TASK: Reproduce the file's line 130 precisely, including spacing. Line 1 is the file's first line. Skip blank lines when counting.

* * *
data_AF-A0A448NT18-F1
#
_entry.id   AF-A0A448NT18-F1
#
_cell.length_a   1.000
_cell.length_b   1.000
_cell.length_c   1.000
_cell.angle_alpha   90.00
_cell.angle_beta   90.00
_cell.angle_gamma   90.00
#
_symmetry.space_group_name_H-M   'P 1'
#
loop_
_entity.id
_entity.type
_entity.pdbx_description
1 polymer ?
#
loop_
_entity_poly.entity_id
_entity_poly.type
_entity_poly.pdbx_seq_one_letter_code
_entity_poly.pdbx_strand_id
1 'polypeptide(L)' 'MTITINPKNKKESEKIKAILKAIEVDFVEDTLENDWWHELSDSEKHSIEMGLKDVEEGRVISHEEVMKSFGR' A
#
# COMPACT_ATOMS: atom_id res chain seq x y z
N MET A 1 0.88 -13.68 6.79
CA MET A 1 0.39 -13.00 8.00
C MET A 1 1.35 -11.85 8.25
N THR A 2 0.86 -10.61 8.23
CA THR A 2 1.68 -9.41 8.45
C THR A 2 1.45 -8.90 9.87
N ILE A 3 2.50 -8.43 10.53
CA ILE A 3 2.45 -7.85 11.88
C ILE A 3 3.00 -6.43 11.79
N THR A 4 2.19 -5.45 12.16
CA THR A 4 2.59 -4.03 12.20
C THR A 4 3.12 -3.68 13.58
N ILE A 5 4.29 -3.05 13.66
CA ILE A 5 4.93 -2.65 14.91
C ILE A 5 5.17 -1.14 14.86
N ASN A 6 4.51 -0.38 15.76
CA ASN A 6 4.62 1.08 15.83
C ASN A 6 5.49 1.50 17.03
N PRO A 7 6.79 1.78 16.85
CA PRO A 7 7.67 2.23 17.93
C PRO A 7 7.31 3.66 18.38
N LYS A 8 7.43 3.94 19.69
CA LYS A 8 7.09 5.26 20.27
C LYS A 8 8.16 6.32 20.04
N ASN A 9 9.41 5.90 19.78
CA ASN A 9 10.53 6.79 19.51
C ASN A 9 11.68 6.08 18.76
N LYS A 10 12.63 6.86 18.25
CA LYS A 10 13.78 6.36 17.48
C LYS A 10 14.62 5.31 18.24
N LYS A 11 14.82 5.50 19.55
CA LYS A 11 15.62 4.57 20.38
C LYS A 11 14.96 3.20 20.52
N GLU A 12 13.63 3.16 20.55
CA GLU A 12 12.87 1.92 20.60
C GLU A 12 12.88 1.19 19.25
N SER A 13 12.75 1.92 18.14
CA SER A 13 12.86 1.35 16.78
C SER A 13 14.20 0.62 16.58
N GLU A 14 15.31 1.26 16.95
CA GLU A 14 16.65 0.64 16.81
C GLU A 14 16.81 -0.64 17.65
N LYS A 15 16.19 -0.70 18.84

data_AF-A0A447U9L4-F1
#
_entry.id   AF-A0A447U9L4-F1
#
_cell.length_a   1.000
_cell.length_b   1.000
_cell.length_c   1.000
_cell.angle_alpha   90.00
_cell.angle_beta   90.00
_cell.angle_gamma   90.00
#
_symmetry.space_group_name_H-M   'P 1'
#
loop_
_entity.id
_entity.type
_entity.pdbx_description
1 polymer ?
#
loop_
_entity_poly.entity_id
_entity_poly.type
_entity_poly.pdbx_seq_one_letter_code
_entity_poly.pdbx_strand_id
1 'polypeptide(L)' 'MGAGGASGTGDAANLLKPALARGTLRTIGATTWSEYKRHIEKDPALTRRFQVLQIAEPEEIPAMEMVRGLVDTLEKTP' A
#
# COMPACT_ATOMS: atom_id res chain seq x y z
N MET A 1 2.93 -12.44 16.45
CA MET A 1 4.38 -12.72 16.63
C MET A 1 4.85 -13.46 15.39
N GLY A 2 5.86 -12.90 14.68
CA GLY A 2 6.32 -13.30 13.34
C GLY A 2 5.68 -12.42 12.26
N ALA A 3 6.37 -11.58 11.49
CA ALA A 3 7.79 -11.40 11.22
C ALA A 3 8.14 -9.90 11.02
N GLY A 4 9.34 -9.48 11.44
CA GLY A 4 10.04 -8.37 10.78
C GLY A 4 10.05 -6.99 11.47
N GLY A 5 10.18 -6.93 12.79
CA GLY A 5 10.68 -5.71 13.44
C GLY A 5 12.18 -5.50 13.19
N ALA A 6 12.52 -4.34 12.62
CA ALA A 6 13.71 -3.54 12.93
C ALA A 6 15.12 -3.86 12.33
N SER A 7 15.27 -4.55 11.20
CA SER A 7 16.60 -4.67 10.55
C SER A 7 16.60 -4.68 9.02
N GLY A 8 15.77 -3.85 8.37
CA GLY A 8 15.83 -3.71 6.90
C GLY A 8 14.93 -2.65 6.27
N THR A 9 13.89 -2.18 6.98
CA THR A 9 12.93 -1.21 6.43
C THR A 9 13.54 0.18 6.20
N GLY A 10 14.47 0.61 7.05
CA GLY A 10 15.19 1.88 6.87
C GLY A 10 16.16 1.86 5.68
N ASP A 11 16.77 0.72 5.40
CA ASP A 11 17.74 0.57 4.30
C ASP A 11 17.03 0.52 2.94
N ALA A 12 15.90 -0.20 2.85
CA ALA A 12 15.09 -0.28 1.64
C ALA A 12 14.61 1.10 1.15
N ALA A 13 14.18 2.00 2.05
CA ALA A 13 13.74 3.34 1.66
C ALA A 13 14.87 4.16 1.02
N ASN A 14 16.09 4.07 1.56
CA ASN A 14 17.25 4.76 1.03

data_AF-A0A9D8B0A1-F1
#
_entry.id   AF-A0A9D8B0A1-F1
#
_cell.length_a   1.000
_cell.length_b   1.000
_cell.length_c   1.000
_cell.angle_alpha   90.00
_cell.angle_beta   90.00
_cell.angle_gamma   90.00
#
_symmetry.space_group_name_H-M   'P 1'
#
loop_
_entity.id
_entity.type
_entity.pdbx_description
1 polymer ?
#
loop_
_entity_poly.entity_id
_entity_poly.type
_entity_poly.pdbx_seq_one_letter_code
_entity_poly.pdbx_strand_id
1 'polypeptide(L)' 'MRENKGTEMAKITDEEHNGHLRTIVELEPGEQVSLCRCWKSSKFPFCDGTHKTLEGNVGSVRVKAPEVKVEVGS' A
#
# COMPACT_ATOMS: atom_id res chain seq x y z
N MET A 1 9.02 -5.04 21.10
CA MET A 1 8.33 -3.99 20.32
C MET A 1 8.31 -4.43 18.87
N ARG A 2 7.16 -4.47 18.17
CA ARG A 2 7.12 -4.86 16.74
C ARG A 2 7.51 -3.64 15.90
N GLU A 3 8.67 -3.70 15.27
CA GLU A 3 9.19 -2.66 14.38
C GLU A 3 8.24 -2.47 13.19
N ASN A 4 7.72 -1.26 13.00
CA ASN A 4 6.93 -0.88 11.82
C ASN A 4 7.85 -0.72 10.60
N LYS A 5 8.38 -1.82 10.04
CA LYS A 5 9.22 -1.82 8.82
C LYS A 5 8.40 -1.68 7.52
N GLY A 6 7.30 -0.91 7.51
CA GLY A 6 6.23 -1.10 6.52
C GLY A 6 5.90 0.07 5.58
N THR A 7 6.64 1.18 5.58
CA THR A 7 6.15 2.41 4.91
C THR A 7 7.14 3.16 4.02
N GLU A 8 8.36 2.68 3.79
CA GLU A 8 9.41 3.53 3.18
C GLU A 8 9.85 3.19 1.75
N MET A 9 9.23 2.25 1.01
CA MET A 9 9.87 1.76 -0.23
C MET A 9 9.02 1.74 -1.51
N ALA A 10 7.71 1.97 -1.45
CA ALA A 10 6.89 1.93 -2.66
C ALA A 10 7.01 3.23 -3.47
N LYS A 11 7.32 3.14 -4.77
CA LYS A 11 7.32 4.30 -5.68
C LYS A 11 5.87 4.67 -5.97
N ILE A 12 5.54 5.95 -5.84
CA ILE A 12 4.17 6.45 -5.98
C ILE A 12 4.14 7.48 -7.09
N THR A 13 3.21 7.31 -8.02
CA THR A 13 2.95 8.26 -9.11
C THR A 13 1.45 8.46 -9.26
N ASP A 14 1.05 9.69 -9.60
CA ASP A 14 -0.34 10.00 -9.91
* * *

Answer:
C ASP A 11 17.03 0.52 2.94